We all have someone to look up to; someone inspiring, motivating, funny or intelligent. There are amazing people who have not let their disabilities deter them from pursuing their dreams, such as Stephen Hawking, Stevie Wonder and Ian Dury to name a few. But how many famous people with additional needs can you actually name without looking them up? Who can your child relate to and be inspired by?

The sad truth is that there are not many who are projected into the limelight, and who give any child with disabilities someone to look up to. We can encourage and challenge, we can love and support, but WE are constantly told that we can do anything. The media picks and chooses who is popular, but rarely is it someone with additional needs, and when it is, those needs are rarely acknowledged if not physical.

Recently, we were rooting for the likes of Lost Voice Guy and Robert White on Britain's Got Talent, and it was fabulous to see such diversity, and people embracing all walks of life and abilities across the spectrum and beyond! But even in the eyes of my son, who is diagnosed with autism, they were 'just people' who didn’t need to be rejoiced any more than usual.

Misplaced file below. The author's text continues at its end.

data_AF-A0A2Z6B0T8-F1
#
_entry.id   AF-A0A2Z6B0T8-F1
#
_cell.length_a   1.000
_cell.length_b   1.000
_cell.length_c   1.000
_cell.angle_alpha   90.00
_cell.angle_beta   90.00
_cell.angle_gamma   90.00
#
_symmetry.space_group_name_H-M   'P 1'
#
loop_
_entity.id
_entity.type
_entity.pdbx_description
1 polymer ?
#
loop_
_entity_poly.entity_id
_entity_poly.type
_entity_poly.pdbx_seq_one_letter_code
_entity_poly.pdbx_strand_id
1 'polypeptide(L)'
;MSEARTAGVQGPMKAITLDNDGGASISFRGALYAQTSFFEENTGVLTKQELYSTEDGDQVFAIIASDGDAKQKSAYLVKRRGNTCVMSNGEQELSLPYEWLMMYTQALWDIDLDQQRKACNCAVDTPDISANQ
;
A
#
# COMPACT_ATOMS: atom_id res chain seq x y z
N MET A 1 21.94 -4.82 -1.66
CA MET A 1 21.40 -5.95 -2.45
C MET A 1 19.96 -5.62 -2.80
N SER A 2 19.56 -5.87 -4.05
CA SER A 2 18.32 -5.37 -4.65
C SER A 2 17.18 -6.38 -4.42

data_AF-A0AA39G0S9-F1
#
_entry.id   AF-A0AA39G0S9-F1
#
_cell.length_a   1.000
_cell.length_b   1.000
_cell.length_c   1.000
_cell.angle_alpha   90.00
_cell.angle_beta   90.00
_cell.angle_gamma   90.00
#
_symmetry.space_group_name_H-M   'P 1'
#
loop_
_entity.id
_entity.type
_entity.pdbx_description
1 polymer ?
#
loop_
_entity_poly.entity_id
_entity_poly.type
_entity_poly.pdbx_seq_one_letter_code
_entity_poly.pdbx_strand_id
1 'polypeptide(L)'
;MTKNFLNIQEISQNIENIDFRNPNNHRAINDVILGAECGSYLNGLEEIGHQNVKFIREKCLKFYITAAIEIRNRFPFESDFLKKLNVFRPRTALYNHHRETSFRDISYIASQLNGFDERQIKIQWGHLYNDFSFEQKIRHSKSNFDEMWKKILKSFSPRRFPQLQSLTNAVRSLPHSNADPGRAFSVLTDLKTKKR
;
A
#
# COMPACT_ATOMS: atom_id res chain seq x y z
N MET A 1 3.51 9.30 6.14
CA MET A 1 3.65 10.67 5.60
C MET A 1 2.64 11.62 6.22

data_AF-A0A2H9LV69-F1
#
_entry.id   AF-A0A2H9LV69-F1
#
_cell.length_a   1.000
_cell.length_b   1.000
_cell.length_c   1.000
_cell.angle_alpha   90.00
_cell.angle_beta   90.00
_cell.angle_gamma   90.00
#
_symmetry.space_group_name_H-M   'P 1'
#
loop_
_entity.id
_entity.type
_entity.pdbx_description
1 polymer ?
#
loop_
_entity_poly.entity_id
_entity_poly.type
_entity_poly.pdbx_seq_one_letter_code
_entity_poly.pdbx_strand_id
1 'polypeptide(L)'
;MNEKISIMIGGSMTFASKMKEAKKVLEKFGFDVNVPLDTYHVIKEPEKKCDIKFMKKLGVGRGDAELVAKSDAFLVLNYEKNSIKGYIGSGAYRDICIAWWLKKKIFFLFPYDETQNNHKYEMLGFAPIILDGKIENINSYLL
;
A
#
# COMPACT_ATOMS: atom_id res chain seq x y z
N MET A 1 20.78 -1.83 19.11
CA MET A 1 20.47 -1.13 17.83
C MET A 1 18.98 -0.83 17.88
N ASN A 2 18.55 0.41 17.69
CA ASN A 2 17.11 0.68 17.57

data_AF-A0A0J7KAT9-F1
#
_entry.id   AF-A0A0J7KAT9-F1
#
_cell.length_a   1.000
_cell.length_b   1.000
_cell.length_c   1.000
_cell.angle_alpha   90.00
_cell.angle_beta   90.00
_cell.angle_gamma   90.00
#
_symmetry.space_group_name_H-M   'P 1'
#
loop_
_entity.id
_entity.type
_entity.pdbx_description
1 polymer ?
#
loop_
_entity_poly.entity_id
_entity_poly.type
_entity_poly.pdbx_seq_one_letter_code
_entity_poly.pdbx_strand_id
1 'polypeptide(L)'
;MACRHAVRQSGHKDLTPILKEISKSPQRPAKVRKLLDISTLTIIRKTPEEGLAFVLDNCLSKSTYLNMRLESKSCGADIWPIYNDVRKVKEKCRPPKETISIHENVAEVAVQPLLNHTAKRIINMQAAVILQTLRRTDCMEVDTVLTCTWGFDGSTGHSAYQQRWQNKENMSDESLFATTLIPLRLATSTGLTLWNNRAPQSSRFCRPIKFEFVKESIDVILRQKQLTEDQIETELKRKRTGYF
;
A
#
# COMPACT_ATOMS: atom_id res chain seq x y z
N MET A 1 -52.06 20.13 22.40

If all walks, shapes, sizes, colours, races, religions, genders and sexual orientations were the 'norm', then we wouldn't have to make these things a big deal, as everyone would be accepting of and inspired by all.  But I simply can't think of ANY childhood heroes or stars with disabilities that my son, or any child, would be able to relate to.

We have fabulous shows like The Last Leg and the odd character in soaps. We have Paralympians who most definitely inspire everybody! I remember when my kids used to watch Tracy Beaker, and there was a character with Cerebral Palsy called Frank. I don't ever recall them making any judgement or comments about him. He was just Frank.

Are we demanding too much? I think not. I feel our kids need role models and people to inspire them. I want my son to have a chance at being HIM, whoever he wants to be, and NEVER feel inadequate or not good enough.

Who controls this? Who decides who is going to be the next 'BIG' thing? Why can't my son see that having autism doesn't have to limit his ambition and dreams?

What do you think? Who does your child aspire to be? Who do they admire?

Jane has been a single parent of three children for six years. It was clear that her son was in need of great support, and the long journey of numerous assessments began. He was diagnosed with autism in April 2016. Read more of Jane's blogs at - www.coffeeandglow.co.uk